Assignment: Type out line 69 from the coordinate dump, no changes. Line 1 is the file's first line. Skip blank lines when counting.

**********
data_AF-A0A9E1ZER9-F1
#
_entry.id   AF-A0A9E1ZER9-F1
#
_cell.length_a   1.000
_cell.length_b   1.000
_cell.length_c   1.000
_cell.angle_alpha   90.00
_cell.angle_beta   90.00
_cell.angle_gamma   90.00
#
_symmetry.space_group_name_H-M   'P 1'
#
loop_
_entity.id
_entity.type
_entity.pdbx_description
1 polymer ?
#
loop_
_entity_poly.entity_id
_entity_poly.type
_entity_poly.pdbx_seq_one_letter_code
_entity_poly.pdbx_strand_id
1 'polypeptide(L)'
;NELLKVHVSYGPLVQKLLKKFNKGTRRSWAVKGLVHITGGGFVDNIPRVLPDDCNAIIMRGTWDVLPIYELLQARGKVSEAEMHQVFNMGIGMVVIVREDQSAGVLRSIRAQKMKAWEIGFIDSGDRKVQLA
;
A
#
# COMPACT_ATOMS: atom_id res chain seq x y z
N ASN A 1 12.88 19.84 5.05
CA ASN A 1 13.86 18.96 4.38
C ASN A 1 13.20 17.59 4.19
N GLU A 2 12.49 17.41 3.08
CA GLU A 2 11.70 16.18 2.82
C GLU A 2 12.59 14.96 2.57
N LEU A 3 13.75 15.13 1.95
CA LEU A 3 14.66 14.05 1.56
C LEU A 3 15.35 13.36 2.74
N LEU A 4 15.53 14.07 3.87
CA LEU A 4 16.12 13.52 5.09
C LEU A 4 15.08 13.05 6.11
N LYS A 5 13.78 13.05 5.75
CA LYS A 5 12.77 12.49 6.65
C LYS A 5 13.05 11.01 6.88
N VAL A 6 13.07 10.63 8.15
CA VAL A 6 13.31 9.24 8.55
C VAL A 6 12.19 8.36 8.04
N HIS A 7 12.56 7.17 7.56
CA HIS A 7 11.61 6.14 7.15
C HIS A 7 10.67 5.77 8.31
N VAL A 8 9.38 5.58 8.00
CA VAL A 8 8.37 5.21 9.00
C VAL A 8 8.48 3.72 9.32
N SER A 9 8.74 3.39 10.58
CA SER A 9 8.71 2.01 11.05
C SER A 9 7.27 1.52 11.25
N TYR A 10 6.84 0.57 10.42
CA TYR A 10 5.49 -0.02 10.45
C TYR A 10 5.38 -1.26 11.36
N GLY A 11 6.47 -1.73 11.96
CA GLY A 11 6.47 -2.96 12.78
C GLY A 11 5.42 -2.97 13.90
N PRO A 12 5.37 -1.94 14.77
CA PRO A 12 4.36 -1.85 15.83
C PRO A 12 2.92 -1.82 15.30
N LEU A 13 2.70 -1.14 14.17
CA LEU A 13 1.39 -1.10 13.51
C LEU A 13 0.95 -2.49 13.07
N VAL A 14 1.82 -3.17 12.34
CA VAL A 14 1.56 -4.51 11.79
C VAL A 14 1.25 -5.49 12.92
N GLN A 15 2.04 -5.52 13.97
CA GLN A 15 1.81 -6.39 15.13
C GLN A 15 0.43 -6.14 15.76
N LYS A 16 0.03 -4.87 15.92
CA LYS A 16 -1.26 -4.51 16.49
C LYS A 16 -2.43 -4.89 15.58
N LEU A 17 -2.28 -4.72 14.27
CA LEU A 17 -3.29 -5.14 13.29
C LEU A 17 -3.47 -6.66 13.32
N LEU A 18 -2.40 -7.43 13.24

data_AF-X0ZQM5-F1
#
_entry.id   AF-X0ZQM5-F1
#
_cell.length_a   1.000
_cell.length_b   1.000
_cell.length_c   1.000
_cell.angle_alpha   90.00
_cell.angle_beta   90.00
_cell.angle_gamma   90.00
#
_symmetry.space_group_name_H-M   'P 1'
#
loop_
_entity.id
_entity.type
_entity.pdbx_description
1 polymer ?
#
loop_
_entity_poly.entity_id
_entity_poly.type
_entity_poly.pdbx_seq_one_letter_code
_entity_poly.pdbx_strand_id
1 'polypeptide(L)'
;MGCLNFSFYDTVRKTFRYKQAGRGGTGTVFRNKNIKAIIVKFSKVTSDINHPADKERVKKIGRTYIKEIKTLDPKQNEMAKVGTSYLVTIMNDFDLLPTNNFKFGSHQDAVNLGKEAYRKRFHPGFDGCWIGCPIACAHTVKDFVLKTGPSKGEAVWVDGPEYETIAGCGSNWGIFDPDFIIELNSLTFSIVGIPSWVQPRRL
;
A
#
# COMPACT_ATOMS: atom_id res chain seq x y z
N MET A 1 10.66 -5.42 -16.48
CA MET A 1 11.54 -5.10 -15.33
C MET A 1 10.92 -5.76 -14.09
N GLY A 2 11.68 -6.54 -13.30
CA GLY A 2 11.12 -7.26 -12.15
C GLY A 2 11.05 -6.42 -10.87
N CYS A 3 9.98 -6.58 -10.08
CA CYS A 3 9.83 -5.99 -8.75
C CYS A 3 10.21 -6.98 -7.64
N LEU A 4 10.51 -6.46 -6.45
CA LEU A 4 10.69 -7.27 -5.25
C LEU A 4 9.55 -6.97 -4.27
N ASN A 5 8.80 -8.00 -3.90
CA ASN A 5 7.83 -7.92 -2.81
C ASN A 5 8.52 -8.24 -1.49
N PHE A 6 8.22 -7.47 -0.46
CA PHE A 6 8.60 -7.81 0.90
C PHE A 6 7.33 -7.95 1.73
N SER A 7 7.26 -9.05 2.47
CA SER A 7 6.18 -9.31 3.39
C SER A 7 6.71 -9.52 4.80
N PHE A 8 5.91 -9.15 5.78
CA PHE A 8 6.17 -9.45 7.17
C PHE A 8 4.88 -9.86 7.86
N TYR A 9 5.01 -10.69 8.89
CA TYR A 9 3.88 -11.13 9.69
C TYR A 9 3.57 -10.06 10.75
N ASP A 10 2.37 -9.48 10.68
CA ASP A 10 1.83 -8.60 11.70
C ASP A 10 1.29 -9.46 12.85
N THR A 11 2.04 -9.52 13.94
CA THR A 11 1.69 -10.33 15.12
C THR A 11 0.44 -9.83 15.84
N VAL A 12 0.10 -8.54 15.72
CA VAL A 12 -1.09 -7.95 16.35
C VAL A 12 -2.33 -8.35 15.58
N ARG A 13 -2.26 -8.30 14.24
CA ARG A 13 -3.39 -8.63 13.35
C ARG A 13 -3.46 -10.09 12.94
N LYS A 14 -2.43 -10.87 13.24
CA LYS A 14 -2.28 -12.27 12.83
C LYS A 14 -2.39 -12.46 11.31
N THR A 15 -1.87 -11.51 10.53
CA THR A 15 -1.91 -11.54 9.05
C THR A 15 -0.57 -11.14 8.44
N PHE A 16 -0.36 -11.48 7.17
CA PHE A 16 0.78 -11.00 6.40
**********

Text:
C LEU A 13 0.95 -2.49 13.07